This post is from the non-Reed Smith side of the blog.

We’re going to be right up front with you today.  It’s a work day.  It’s the World Cup.  The US is playing Belgium in the Round of 16 at 4:00 EDT.  We don’t want to miss it.  And soccer -- unlike sports like football and baseball -- has no time-outs, no 7th inning stretch.  There aren’t even any commercials.  You look away for a minute to answer an e-mail, you could miss the only goal of the game.  So, we’ll get right to the point.

Medtronic scored another InFuse victory in Dunbar v. Medtronic, No. 2:14-cv-01529-RGK-AJW, slip op. (C.D. Cal. Jun. 25, 2014).  The allegations in this complaint, like all of the others we’ve previously discussed, focus almost exclusively on off-label use of the Class III, PMA spinal fusion device.  Seeing Class III and PMA in the description of the medical device should almost certainly guarantee a defense win on preemption as most courts have acknowledged that there is only a “narrow gap” betweenRiegel preemption and Buckman preemption in which plaintiffs can state a claim.  And that is why the InFuse plaintiffs have tried, with only limited success, to get courts to recognize a preemption exception when a PMA device is used off-label. 

The complaint at issue in this case combined the claims of 29 plaintiffs alleging injury after implantation of the InFuse device in a manner they allege was inconsistent with the device’s FDA approval and labeling.  Slip op. at 1-2.  Medtronic moved to dismiss all of the claims on the grounds of express and implied preemption as well as various other claim-specific defenses.  The opinion contains a straight-forward discussion of express and implied preemption, summing up that “narrow gap” with a reminder that “[e]ven if a state claim runs parallel to federal requirements and escapes express preemption, it may still be subject to implied preemption under §337(a) and Buckman.”  Id. at 3.  Likewise, this decision is no different than every other post-Riegel case in its conclusion that the first prong of Riegel (whether the FDA has established device-specific requirements) is met by the fact that the device underwent the pre-market approval process.  The PMA process subjects the device to a “rigorous review” on safety and efficacy and “post-approval manufacturing requirements.”  Id. at 4.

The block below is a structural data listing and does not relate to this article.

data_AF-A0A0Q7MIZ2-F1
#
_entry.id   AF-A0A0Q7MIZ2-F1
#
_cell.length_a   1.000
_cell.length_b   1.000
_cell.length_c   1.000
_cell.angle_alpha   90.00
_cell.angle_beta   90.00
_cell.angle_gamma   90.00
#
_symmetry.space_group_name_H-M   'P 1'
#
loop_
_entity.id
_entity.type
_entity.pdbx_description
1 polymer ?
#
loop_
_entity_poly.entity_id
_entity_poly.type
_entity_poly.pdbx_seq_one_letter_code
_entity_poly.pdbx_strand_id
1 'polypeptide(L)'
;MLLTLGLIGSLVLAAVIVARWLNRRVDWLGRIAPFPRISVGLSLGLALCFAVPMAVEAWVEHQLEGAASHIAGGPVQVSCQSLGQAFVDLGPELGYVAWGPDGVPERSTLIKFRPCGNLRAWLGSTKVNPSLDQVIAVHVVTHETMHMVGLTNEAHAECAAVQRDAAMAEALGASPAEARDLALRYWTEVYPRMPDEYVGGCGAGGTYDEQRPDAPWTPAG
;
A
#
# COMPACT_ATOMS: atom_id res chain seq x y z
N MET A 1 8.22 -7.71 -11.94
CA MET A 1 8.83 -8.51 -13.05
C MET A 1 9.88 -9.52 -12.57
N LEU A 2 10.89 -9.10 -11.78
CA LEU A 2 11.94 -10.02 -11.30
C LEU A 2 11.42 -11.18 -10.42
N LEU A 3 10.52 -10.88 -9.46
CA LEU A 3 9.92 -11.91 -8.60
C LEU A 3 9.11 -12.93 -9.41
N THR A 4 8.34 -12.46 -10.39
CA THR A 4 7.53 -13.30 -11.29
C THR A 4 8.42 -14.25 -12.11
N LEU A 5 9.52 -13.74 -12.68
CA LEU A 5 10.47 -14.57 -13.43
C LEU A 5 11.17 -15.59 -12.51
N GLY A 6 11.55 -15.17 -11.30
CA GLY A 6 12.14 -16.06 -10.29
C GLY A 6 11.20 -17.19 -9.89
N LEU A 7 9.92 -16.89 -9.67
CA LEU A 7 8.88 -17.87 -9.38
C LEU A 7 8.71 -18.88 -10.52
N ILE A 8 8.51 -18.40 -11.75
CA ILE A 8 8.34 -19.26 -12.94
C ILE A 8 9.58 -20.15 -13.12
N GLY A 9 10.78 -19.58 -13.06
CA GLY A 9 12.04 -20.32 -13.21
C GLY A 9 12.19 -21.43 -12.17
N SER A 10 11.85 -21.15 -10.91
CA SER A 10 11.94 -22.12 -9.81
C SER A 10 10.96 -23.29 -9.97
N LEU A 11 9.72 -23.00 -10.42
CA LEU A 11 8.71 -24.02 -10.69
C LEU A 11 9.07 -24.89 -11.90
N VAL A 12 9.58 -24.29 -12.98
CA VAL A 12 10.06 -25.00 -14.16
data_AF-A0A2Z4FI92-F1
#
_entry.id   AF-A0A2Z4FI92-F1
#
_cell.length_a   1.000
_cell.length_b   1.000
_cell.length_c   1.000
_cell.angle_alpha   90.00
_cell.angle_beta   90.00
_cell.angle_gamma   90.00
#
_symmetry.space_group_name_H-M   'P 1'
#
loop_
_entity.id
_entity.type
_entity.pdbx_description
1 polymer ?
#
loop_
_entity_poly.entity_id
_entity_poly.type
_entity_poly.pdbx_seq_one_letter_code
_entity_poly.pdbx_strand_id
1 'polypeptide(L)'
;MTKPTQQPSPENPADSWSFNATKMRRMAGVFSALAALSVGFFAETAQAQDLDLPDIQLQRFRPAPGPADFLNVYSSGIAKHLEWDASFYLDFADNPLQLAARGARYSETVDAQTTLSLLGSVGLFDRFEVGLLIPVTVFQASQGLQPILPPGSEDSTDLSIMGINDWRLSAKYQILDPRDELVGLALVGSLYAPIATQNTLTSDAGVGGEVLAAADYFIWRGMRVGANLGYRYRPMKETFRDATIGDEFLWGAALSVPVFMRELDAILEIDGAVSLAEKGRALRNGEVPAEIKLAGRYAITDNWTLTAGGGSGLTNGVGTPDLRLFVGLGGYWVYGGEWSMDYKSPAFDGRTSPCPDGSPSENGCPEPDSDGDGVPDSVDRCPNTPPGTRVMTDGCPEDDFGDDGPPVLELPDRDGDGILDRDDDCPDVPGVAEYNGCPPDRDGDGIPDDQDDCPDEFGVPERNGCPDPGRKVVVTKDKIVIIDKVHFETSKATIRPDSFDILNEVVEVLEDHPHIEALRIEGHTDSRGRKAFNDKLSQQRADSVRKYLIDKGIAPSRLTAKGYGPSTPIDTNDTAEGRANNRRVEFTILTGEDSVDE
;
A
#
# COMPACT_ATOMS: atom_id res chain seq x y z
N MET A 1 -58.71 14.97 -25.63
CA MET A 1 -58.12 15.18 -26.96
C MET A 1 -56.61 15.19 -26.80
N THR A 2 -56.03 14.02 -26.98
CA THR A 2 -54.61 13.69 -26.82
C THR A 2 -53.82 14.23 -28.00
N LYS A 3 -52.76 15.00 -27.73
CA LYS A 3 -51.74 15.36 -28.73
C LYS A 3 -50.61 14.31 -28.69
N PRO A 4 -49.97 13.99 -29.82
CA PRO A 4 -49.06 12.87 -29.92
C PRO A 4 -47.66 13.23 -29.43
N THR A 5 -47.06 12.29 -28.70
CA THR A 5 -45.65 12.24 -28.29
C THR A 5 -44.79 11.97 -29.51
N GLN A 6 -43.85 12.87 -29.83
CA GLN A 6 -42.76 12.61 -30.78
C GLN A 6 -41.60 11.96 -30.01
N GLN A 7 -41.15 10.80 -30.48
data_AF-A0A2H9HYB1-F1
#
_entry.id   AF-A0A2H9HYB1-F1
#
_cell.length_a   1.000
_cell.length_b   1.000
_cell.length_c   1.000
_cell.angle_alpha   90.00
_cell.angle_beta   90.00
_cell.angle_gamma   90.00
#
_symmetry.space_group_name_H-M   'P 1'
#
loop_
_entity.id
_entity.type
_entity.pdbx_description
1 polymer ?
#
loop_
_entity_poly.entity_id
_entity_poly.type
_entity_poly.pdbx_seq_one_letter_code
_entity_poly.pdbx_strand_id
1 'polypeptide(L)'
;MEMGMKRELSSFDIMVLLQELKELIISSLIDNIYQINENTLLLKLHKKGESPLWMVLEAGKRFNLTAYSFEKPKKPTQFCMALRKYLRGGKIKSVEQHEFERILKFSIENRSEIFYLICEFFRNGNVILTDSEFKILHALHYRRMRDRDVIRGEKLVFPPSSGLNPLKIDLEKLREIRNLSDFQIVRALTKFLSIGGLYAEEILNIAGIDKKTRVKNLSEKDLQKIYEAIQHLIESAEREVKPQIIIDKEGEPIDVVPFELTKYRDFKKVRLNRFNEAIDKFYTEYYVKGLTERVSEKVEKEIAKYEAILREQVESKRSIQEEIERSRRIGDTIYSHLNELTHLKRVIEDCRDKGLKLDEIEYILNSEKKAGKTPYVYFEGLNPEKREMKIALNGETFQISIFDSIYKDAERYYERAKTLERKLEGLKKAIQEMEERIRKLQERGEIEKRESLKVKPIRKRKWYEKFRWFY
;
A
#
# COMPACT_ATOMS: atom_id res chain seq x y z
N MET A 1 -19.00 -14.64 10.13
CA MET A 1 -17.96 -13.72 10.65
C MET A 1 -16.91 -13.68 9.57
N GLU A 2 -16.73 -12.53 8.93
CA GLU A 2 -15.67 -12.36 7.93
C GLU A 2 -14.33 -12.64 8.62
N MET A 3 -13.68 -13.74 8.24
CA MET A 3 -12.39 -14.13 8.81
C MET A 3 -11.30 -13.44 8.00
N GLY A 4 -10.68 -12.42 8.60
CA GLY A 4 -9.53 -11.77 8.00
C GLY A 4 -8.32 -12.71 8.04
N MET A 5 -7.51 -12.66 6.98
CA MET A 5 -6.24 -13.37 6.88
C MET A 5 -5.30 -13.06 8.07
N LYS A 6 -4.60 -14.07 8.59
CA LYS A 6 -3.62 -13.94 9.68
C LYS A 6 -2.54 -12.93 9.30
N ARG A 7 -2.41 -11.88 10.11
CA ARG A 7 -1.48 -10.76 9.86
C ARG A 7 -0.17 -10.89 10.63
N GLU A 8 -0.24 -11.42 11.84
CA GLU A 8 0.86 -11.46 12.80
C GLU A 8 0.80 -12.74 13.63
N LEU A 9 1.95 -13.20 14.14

Applying Riegel and Buckman, the court found all of plaintiffs’ claims, except fraud and breach of express warranty, were preempted.  And the warranty claims weren’t sufficiently pled to state a claim.

Failure to warn:  A failure to warn claim “seeks to impose . . . labeling or warning requirements that go beyond what federal law requires” and therefore “is expressly preempted by the MDA.” Id. at 4, 5 (dismissing both strict liability and negligent failure to warn).

Design Defect:  Plaintiffs’ design defect claim “attack[s] the risk/benefit analysis that led the FDA to approve an inherently dangerous Class III device.  To prevail on this claim, a jury would have to make findings that conflict with those of the FDA.”  Id. at 5.  Both negligent and strict liability design defect claims are preempted.  Id.

Negligent Off-label Promotion:  The court found that plaintiffs’ claim was parallel to the FDCA’s prohibition on off-label promotion (relying on unpublished Ninth Circuit decision) and therefore not expressly preempted. 

However, there is no claim for illegal off-label promotion rooted in traditional state tort law.  Therefore, any common law claim arising from such an action exists only by virtue of the FDCA.  Permitting this claim to proceed would essentially allow a private litigant to attempt enforcement of the FDCA.  Buckman bars such an action under §337(a).  Therefore, Plaintiffs’ negligence claim based on off-label promotion is impliedly preempted.